• research into problematic social situations and causes of aggression and violence amongst young people and young adults
  • research into girls in secure youth care centres and correctional institutions for juvenile offenders.

Related (doctoral) research lines have also recently been set out:

  • research into alliance and treatment motivation amongst young people and young adults
  • research into causes of aggression and violence amongst young people and young adults
  • research into the counselling of young people and young adults with a mild intellectual disability
  • research into nursing care in the Netherlands
  • research into children’s rights in the youth care sector

Climate research projects

These (climate) projects are mutually interconnected because young people or clients and staff influence each other in a treatment or learning context (transactional processes, systems theory). Within these research lines there is special attention to gender-specific factors and aspects such as therapeutic alliance, self-image and coping with problematic social situations. The climate research projects are mainly based on self-report by way of questionnaires sometimes supplemented with qualitative research methods such as semi-structured interviews or group discussions. Institutions operating in the sector also contact us with climate-related research questions or relevant problems. We are happy to work with them and in doing so to connect research, practice and education.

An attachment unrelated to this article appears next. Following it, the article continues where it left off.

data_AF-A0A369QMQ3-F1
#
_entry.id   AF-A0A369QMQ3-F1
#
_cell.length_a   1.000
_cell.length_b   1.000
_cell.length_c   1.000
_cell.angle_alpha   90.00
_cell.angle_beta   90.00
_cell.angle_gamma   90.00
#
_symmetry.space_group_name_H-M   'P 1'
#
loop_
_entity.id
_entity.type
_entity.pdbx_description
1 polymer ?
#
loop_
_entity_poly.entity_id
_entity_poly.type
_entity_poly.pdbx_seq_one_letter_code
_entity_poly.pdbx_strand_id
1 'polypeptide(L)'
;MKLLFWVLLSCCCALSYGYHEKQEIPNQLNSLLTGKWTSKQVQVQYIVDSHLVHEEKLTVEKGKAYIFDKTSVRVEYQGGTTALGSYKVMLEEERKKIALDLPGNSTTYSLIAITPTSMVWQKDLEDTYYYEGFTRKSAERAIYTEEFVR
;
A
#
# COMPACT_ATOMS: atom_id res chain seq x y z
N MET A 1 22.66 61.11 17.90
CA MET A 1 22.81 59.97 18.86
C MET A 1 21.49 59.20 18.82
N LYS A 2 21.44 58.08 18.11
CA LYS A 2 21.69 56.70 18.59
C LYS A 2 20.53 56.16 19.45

Practice-oriented knowledge

The research projects conducted by our research group also focus on generating more practice-oriented knowledge about effectiveness and group dynamics in the detention centres. As a result we support this professional group (socio-therapists and other therapists) and future professionals at applied universities in exercising their profession.

Read more about the background to the living group climate research
Professor Dr G.H.P (Peer) van der Helm, is project leader of these research projects.
More information about questionnaire manuals